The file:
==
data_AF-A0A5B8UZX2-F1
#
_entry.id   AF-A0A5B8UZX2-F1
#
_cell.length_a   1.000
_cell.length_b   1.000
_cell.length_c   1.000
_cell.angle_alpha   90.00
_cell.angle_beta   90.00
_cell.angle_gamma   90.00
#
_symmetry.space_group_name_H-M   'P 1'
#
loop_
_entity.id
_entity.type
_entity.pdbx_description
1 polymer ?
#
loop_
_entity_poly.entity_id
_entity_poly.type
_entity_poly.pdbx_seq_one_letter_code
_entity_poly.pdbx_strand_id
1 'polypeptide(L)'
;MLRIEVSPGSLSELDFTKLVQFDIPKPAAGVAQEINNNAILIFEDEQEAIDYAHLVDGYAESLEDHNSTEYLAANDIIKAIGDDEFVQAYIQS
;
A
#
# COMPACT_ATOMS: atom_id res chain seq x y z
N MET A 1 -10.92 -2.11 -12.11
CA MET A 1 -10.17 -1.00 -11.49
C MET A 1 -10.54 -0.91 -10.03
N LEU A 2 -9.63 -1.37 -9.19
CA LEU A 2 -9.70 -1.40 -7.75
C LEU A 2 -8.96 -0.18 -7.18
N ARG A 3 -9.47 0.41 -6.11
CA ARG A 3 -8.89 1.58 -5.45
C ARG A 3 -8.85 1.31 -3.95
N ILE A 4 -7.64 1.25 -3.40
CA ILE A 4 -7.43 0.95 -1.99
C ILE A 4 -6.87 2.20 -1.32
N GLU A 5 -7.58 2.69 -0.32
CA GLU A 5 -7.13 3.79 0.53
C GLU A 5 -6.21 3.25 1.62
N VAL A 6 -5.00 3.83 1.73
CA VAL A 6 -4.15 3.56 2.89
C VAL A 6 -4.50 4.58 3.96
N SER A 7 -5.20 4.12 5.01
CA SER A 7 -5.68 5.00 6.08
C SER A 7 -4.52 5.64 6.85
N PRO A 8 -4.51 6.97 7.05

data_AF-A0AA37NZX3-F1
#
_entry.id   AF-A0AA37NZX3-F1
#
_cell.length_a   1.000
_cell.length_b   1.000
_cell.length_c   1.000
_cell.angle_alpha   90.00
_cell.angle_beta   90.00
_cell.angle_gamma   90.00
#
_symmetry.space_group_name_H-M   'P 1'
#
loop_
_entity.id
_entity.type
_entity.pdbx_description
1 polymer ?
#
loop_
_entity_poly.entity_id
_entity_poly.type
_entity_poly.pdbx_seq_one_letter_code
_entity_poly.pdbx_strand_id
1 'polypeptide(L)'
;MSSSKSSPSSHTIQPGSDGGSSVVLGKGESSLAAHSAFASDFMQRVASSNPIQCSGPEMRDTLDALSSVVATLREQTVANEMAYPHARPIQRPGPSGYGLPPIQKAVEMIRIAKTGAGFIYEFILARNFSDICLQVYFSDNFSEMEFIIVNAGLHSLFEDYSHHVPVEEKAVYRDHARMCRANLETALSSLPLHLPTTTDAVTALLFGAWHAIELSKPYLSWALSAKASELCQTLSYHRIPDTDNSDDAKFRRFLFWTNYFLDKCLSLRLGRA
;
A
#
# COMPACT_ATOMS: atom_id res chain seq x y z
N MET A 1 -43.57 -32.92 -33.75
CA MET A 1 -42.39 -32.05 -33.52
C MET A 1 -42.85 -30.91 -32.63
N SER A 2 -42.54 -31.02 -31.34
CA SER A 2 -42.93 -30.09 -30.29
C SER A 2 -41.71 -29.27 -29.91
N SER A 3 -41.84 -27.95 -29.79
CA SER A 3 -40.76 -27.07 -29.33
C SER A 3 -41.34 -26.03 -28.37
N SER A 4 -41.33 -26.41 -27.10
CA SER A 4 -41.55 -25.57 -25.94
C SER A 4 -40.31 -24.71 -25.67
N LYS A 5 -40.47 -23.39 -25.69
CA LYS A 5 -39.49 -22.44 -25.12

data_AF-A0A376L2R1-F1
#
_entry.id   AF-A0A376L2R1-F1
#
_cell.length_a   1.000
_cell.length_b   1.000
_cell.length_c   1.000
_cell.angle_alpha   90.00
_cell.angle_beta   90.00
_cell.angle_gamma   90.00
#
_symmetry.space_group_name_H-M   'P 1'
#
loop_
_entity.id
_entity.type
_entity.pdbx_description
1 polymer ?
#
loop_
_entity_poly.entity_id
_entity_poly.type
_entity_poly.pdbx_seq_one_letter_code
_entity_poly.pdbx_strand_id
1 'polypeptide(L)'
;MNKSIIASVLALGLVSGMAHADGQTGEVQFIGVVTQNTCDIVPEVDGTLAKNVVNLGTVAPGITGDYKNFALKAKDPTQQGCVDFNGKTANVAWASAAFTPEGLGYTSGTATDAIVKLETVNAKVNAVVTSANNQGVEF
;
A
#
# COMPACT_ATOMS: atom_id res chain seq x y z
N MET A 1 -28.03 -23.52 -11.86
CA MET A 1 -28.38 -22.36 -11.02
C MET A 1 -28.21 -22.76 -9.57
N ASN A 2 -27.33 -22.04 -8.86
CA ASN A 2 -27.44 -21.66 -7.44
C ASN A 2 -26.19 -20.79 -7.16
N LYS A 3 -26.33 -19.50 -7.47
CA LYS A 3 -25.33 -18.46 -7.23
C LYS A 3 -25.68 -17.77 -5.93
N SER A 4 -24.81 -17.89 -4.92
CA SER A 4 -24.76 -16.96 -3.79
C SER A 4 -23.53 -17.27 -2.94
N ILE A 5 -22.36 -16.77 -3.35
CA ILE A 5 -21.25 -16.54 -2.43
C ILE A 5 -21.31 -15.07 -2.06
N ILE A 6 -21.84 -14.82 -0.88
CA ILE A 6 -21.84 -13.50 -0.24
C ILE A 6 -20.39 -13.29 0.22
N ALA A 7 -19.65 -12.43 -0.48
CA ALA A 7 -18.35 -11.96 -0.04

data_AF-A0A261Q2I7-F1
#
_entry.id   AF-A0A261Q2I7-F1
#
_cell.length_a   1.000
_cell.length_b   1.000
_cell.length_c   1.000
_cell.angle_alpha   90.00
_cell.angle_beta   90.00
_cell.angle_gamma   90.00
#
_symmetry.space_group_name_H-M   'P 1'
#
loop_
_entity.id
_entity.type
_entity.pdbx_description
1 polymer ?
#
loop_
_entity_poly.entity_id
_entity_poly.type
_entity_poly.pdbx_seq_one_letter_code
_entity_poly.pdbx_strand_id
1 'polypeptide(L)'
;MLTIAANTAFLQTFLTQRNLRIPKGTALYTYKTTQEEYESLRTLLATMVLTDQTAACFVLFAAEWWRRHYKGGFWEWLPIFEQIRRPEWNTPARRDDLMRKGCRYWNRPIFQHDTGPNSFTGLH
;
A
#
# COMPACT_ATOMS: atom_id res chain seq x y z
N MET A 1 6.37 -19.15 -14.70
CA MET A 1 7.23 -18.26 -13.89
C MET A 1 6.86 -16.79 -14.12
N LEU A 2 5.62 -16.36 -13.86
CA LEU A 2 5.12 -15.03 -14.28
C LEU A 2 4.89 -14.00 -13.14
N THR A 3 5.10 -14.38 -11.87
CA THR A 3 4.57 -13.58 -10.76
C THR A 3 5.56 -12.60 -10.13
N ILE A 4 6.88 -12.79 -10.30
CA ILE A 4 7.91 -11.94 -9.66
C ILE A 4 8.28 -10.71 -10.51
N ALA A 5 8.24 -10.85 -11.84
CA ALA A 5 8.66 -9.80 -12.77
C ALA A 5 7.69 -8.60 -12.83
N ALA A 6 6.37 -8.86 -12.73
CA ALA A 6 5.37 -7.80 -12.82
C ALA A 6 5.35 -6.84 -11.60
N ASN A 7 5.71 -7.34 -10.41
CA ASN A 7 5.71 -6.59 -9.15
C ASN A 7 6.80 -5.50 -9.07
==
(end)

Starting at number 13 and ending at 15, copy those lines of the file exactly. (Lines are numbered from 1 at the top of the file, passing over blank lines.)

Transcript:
#
loop_
_entity.id